Letters to the Editor for Dec. 28, 2011
There’s more to travel expenses
To the editor:
Regarding the editorial “Traveling Travesty” in the Dec. 23 issue, I found this a welcome opinion piece on an important subject. We should be looking at actual expenses of government departments.
I do want to add that conferences can benefit employees and their work. Getting out of the office to address personnel relations and other issues can be effective where personality problems interfere, or where the staff deals with complex issues often, without letup.
I’ve had experience with an organization that held an annual retreat for all employees. We talked business but also practiced team-building games, which can be illuminating. Administrators talked about an upcoming system change and sought employee comments and ideas about the transition. An invited speaker could dive into those areas of the job that are normally hard to discuss. Each year it seemed a worthwhile effort in better relations, more efficiency, and respect for the other’s job.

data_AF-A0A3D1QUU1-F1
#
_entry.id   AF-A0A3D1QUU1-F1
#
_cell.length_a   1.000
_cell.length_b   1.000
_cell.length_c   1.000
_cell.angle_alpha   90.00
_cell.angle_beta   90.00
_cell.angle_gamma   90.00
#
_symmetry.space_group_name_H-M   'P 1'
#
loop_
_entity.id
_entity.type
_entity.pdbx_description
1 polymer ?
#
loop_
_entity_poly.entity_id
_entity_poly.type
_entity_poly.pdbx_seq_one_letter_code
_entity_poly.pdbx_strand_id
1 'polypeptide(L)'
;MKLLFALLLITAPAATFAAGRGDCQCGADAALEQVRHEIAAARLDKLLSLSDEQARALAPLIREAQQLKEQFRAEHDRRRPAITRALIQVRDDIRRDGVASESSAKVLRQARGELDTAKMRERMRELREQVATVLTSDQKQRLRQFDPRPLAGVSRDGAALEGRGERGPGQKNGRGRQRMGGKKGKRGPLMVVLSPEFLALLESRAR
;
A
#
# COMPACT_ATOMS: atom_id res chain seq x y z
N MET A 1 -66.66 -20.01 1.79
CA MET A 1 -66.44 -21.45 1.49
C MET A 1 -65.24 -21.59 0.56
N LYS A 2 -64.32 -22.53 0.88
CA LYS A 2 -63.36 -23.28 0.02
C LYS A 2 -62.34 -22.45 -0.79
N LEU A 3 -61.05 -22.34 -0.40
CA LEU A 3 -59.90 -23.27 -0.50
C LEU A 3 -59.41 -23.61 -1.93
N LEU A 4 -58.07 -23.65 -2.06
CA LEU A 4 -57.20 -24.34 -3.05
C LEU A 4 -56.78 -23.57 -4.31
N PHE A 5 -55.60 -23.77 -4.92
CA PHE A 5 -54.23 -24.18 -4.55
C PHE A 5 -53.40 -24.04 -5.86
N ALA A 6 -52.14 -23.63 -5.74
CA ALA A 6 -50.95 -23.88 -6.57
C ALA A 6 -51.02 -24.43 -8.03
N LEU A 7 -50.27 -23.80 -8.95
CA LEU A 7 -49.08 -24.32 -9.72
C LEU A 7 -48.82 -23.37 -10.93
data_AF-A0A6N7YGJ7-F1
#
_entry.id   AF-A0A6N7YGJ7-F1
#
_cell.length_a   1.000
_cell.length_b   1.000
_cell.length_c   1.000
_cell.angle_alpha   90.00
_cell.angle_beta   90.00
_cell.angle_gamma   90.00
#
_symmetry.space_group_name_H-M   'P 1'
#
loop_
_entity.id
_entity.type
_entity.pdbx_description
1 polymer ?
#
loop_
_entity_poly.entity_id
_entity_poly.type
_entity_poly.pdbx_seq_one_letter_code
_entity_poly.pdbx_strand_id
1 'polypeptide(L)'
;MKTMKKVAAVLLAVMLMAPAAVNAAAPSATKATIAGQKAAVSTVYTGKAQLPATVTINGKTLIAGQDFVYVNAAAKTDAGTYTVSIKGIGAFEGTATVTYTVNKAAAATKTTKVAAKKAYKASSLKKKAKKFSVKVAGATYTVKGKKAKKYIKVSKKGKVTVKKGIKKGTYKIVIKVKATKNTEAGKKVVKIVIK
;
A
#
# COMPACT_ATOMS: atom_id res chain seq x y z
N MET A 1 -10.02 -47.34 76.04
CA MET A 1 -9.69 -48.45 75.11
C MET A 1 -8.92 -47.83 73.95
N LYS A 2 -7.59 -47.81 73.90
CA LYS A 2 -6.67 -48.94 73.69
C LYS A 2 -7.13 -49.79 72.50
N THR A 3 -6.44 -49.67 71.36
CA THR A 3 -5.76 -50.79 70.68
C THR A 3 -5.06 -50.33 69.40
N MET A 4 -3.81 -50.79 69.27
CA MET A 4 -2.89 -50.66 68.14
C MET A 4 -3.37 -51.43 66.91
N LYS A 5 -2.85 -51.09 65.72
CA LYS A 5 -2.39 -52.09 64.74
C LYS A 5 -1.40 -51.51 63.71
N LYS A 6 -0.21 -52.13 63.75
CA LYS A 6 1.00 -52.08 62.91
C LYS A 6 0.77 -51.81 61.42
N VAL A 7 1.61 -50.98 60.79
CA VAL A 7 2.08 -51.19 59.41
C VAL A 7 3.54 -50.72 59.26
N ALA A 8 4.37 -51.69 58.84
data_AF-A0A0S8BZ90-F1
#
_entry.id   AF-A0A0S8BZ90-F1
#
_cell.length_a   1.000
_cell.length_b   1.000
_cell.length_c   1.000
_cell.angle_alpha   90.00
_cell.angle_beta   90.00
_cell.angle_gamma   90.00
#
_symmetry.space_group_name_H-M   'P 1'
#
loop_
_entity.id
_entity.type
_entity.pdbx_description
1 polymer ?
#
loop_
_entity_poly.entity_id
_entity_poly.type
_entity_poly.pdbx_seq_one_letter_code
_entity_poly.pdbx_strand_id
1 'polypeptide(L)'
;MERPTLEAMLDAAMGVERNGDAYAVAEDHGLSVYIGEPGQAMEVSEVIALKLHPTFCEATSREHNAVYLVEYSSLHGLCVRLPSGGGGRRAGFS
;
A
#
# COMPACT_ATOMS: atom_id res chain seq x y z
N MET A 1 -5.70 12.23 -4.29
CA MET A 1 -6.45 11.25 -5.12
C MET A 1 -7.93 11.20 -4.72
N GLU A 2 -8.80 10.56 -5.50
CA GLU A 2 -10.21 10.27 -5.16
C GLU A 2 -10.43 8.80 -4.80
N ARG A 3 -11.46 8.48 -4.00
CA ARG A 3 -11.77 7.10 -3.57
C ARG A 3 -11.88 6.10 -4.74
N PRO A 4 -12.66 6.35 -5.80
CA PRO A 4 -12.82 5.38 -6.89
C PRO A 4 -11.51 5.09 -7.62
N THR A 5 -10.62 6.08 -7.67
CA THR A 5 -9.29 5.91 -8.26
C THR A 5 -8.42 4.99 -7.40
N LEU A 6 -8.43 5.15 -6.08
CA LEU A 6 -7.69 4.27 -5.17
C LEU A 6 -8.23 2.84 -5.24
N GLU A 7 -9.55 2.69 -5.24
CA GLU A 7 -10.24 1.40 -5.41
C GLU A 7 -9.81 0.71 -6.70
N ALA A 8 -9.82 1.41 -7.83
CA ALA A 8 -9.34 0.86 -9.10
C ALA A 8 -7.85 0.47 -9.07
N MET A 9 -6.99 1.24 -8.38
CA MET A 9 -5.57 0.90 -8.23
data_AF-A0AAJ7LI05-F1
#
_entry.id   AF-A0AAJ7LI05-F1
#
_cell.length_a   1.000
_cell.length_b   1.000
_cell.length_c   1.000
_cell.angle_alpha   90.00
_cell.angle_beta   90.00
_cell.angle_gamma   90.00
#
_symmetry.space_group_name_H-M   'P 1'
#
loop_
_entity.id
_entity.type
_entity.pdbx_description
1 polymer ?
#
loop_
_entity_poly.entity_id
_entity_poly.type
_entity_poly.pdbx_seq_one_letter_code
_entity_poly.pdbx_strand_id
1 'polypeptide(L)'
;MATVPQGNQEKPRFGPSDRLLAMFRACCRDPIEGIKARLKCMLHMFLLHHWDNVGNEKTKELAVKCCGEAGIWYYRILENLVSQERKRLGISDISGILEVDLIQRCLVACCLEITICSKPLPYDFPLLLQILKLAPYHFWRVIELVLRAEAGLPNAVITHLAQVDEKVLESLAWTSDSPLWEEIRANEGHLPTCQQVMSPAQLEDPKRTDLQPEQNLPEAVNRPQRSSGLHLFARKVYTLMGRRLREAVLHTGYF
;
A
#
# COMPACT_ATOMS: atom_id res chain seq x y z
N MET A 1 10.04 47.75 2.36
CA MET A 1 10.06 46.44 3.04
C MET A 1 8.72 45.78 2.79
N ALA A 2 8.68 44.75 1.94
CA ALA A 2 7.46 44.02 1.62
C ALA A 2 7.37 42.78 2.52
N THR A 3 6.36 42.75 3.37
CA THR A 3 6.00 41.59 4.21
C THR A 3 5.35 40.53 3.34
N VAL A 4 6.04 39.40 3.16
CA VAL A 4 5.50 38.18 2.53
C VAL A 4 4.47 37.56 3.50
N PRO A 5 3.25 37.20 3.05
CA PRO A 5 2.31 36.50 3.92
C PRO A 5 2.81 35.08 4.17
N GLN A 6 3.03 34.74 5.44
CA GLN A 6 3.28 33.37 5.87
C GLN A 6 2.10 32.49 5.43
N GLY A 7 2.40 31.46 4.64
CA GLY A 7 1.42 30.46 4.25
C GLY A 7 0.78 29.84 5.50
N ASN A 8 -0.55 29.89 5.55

It is surprising how many managers do not know how to communicate well or resolve conflicts. No matter what a new manager brings into a workplace, there are often dynamics present that she or he could not be prepared for.
I do believe that taxpayers and constituents really do want to know where the money goes. If a state visits another country to promote tourism and industry, it is appropriate that we receive more feedback then we do — through a public report, or a two-year follow-up.
Also, sometimes a resort offers a package for a group within the same price range as a more modest venue, and the agency decides to go with the resort. Supporting a locale that needs a little more business is surely commendable — if the entire cost is not excessive — since a conference needs to be held somewhere.
The bottom line in this editorial is that we really want to know more about what’s going on, and not just hear bellyaching. We know firsthand, for example, that our school districts are in turmoil, juggling diminishing funds while constantly facing the unexpected from their own state.
Thank you for starting the conversation.